Earlier today, the US submitted its plan for controlling greenhouse gas emissions, part of the effort to forge an international climate agreement at a summit meeting in Paris later this year. In doing so, the US becomes one of only a handful of nations to have joined the EU in submitted anything by the end of March, the intended deadline for countries to have a plan formulated.
The document is termed an INDC, for Intended Nationally Determined Contributions. Under the current United Nations Framework Convention on Climate Change negotiations, the INDCs are intended to show how nations will track their greenhouse gas emissions, and the measures they will take to control them in the future. These documents will serve as part of the process that is intended to produce a binding agreement that will help limit climate change to 2 degrees Celsius above pre-industrial temperatures.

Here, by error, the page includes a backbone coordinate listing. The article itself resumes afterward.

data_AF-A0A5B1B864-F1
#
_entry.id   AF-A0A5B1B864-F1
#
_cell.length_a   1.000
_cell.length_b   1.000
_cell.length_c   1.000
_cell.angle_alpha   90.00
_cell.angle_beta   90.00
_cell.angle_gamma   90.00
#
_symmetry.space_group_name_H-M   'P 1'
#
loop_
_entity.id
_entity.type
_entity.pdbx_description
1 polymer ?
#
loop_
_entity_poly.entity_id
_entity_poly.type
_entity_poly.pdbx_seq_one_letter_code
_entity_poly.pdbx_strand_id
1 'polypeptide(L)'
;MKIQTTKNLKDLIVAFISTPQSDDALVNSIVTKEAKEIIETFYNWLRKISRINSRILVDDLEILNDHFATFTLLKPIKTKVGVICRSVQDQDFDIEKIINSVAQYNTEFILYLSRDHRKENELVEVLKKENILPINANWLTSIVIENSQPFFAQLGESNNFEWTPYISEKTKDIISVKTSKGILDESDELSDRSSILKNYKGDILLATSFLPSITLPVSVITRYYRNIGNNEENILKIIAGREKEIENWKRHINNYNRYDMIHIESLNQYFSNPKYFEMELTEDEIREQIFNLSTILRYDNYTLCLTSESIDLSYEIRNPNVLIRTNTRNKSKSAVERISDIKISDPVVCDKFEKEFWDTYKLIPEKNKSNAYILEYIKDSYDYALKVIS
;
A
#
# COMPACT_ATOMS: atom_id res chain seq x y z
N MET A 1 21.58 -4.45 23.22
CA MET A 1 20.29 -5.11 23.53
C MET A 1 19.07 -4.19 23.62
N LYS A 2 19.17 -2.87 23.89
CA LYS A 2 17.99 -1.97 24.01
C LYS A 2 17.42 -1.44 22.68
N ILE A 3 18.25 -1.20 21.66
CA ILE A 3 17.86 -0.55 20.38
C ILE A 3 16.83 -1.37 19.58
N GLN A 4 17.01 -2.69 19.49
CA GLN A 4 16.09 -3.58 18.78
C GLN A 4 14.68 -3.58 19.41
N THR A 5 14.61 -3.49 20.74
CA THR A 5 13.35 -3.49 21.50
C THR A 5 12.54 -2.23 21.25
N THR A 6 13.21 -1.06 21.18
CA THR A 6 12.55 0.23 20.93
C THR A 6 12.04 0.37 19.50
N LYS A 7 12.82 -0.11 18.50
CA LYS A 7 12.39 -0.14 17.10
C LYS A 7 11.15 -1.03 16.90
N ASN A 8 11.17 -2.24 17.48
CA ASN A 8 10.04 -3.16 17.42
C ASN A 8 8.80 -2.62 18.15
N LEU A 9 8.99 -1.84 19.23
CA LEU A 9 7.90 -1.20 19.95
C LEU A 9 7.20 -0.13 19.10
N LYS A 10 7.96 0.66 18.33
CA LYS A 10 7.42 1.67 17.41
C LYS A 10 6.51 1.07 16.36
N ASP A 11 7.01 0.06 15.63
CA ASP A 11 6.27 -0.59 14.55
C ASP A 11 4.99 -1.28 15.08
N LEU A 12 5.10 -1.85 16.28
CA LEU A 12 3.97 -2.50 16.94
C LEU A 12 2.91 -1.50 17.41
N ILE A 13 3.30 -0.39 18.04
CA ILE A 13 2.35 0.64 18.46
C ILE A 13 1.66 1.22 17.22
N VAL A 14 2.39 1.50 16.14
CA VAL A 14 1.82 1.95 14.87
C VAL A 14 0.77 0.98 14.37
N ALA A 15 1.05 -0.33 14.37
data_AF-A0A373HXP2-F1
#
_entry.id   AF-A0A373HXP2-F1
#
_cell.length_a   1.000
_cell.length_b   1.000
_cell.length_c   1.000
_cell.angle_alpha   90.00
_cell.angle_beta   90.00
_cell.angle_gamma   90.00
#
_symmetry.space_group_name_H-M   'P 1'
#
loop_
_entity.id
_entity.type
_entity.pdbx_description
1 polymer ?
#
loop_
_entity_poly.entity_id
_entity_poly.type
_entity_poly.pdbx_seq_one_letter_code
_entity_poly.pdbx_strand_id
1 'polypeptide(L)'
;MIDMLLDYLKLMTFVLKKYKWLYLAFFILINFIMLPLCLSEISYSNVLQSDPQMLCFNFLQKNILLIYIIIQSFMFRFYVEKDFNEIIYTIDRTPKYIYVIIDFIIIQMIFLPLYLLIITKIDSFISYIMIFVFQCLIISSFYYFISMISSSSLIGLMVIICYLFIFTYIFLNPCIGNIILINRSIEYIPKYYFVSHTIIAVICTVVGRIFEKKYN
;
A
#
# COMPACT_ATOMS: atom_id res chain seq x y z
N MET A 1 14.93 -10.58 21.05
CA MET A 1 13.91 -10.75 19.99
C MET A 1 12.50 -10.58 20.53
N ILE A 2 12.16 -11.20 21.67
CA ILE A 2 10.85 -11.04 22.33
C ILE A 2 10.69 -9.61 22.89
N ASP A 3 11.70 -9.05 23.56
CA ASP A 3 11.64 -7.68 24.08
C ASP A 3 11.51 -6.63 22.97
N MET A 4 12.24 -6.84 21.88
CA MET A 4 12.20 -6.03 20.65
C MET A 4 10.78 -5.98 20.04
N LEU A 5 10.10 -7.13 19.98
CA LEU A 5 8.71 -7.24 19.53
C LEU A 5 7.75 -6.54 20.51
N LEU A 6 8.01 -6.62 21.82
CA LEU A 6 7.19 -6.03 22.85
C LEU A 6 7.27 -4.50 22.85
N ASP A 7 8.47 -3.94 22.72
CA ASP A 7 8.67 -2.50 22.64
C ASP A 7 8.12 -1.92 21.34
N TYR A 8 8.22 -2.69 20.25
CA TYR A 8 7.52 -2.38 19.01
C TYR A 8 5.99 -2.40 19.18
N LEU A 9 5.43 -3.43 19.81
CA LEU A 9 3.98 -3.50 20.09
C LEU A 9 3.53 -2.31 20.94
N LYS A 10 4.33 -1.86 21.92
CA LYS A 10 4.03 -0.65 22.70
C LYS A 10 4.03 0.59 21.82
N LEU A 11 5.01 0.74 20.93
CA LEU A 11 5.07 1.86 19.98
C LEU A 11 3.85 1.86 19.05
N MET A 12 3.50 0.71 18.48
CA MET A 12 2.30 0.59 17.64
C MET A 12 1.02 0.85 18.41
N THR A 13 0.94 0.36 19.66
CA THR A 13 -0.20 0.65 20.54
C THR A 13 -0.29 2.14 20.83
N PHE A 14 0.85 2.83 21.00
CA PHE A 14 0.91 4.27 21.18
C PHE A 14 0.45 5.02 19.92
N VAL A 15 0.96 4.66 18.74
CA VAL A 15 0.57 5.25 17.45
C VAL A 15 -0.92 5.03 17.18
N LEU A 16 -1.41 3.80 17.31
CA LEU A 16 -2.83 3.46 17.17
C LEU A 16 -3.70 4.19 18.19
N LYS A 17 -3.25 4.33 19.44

The US’ documentation is pretty sparse, coming in at four pages (one of which is largely empty). In it, the US describes its goals: relative to a baseline of 2005 emissions levels, it intends to be 17 percent lower in 2020, and 26-28 percent lower in 2025. These are the same goals laid out in the recent agreement forged between the Obama administration and China. The US is currently close to its 2020 goal already, but will need to accelerate progress further in order to reach the 2030 target.
Read 2 remaining paragraphs | Comments

Leave a Reply